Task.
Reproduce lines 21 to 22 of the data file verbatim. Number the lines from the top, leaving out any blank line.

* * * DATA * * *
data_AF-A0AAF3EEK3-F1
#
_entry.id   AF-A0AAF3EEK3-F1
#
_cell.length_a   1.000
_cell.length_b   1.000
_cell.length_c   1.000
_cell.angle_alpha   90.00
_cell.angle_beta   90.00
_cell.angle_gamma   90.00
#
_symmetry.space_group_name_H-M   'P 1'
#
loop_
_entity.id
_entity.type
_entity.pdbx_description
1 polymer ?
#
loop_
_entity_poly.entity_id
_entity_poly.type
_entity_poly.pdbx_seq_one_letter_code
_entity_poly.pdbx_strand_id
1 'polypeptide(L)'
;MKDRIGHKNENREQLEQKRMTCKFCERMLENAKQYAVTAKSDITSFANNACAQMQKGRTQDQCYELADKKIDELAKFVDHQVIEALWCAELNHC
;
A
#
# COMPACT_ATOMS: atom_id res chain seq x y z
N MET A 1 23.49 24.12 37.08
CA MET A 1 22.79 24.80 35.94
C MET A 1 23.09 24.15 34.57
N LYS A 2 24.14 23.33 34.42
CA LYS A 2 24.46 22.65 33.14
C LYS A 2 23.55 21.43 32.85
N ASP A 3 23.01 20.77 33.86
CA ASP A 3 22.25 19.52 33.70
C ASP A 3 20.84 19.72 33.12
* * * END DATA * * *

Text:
_entity_poly.entity_id
_entity_poly.type